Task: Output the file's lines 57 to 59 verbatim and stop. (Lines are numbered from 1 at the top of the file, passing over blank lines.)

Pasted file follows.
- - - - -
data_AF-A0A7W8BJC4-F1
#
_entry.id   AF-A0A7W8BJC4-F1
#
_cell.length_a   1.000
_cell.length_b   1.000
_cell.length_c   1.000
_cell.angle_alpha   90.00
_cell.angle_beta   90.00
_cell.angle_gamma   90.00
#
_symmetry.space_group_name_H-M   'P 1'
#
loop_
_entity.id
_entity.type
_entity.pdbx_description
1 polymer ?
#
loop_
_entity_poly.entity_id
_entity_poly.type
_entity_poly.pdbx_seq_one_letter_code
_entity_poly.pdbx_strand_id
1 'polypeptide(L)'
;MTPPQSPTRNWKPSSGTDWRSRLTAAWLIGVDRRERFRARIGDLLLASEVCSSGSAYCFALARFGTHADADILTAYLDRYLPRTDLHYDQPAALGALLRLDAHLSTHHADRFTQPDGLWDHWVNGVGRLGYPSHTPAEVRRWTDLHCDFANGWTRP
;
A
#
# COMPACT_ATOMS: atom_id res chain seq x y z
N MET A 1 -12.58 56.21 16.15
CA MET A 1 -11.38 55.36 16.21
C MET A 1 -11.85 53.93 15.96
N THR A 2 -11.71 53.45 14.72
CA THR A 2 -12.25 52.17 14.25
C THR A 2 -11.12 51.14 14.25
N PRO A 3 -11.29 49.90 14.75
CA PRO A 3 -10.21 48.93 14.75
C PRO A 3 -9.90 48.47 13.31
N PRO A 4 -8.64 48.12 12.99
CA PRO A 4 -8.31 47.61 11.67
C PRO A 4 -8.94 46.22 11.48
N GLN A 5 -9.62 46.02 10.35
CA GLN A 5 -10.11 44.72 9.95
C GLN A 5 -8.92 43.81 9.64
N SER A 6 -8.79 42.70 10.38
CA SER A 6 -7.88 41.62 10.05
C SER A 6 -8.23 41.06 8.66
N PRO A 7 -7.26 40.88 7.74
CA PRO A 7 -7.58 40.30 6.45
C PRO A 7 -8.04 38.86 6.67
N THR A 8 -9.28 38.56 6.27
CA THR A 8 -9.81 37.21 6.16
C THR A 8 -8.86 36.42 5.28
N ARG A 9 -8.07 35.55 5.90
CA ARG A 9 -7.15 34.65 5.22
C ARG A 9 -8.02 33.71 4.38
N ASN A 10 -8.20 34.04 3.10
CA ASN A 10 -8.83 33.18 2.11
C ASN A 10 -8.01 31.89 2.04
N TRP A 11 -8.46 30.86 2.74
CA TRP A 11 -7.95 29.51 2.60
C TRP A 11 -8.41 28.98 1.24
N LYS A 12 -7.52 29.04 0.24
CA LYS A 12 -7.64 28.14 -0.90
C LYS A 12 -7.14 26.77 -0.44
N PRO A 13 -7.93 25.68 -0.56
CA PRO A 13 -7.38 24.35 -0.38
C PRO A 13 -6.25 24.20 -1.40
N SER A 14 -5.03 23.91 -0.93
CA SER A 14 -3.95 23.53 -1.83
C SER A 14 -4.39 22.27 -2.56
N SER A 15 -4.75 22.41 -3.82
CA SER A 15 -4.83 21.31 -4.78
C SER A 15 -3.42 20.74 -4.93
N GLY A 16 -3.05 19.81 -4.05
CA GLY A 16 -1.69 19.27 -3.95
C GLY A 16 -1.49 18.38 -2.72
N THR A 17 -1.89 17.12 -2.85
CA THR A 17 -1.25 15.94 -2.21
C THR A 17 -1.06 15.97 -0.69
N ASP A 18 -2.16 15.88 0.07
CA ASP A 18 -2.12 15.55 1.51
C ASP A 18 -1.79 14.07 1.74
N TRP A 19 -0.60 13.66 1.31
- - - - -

C ARG A 9 -8.02 33.71 4.38
N ASN A 10 -8.20 34.04 3.10
CA ASN A 10 -8.83 33.18 2.11